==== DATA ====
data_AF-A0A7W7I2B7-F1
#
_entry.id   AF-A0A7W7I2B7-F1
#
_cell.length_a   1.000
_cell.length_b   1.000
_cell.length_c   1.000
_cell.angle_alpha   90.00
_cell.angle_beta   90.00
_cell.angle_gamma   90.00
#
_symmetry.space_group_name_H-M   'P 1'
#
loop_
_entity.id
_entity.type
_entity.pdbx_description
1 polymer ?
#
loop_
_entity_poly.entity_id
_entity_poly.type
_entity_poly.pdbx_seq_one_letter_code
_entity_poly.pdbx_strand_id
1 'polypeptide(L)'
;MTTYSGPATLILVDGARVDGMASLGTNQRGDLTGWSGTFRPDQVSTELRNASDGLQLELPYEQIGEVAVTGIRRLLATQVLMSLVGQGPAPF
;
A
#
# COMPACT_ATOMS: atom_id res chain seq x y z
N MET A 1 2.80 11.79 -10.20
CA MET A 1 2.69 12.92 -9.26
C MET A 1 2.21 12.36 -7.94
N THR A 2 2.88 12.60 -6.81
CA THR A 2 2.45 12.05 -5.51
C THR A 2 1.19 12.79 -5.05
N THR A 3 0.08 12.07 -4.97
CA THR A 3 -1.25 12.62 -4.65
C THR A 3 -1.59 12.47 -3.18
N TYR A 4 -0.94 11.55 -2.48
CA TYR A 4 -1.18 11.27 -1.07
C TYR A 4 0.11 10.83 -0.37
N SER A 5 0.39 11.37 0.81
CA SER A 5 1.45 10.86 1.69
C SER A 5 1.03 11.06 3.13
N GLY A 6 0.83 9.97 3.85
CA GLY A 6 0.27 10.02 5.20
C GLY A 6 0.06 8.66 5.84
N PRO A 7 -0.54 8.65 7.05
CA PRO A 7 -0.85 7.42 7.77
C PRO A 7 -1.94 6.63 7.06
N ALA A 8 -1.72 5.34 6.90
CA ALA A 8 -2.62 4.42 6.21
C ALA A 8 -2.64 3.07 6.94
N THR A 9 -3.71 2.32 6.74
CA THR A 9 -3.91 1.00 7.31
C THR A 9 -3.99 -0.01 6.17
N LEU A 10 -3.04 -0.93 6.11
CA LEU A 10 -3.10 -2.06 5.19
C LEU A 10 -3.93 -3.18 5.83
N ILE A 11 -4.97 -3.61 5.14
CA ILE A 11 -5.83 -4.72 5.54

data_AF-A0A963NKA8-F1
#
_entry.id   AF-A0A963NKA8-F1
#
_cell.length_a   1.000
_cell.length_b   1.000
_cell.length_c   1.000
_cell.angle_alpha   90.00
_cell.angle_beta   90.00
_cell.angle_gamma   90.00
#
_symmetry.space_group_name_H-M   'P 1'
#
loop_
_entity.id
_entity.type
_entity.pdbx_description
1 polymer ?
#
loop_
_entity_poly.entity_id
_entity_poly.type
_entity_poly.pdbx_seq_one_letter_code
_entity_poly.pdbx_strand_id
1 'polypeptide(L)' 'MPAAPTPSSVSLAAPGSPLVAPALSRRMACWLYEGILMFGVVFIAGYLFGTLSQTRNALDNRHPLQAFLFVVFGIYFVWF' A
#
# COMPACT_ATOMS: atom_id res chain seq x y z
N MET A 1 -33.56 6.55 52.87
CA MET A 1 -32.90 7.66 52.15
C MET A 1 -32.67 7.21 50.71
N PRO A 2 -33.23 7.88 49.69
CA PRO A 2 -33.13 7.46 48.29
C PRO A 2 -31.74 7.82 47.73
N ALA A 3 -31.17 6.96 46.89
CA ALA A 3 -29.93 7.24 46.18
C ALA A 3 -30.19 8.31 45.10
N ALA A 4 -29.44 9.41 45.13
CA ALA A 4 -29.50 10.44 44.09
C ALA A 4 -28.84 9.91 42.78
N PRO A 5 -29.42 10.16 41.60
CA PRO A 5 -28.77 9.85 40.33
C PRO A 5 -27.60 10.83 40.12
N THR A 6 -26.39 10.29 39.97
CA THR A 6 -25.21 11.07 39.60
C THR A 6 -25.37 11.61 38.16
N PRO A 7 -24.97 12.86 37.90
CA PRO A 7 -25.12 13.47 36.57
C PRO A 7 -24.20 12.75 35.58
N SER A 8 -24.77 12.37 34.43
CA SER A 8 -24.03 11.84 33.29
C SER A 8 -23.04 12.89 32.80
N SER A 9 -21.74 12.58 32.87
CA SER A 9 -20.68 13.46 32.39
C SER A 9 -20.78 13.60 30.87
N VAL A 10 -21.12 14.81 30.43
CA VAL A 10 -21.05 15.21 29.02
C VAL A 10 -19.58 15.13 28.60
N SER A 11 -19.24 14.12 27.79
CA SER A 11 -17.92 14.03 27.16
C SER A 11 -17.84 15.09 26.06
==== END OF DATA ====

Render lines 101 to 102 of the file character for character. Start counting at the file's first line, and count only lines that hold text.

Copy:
C ALA A 4 -28.84 9.91 42.78
N PRO A 5 -29.42 10.16 41.60